Advent of 2023, Day 9 – Building custom environments
This article is originally published at https://tomaztsql.wordpress.com
In this Microsoft Fabric series:
- Dec 01: What is Microsoft Fabric?
- Dec 02: Getting started with Microsoft Fabric
- Dec 03: What is lakehouse in Fabric?
- Dec 04: Delta lake and delta tables in Microsoft Fabric
- Dec 05: Getting data into lakehouse
- Dec 06: SQL Analytics endpoint
- Dec 07: SQL commands in SQL Analytics endpoint
- Dec 08: Using Lakehouse REST API
We have explored the Data Engineering in Fabric, and today we will check the “Environment”.
Environment (still in preview)
Microsoft Fabric provides you with the capability to create a new environment, where you can select different Spark runtimes, configure your compute resources, and create a list of Python libraries (public or custom; from Conda or PyPI) to be installed. Custom environments behave the same way as any other environment and can be used and attached to your notebook or used on a workspace. Custom environments can also be attached to Spark job definitions.
Building a list of public libraries is a straightforward and simple process. By adding from PyPI and selecting the version with dependencies. In this case, I have selected boto3, pandas and urllib3. Every time, you add a library to the environment, you have to save it first. In the end, you have to publish the environment
You can also add libraries by using .yml file. Just import the file and you should be good. The YAML file should be your regular file; like this one:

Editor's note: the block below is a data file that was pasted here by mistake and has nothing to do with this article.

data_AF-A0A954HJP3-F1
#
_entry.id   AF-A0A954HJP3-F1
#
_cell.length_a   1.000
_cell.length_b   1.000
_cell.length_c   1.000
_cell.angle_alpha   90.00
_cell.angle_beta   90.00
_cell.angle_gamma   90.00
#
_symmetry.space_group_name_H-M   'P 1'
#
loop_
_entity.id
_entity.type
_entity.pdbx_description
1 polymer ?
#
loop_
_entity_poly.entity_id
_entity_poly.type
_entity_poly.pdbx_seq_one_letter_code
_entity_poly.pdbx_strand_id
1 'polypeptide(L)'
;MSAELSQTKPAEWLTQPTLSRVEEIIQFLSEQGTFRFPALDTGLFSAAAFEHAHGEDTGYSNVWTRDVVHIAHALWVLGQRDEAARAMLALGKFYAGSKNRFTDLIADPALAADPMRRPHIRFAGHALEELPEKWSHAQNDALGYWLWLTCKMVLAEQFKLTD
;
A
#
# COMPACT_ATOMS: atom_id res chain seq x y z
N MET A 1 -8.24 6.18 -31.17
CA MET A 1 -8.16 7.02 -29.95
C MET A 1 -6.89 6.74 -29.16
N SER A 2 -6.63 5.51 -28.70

For the spark compute, you can also customize the settings, by selecting different runtimes, environment pool, number of spark drivers, memory, and cores.
Spark properties will also be available to tweak, but as of writing this blogpost, the properties are empty. Since Spark enables a lot of properties to be defined, I am confident, that there will also be capabilities available down the road.
After you have finished, remember to publish your environment (which might take a couple of minutes). Once the custom environment is published, you can attach it to the new notebook or to your current workspace. Go to your workspace setting -> Data engineering/Science -> Spark settings -> Environment.
Make sure to “Set default environment” is set to “On” and you can choose the desired environment.
You have to restart the session for the environment to take action.
Same way, you will have environment available in the drop-down menu, when using a notebook in the same workspace.
Tomorrow we will look into Spark job definitions.
Complete set of code, documents, notebooks, and all of the materials will be available at the Github repository: https://github.com/tomaztk/Microsoft-Fabric
Happy Advent of 2023!
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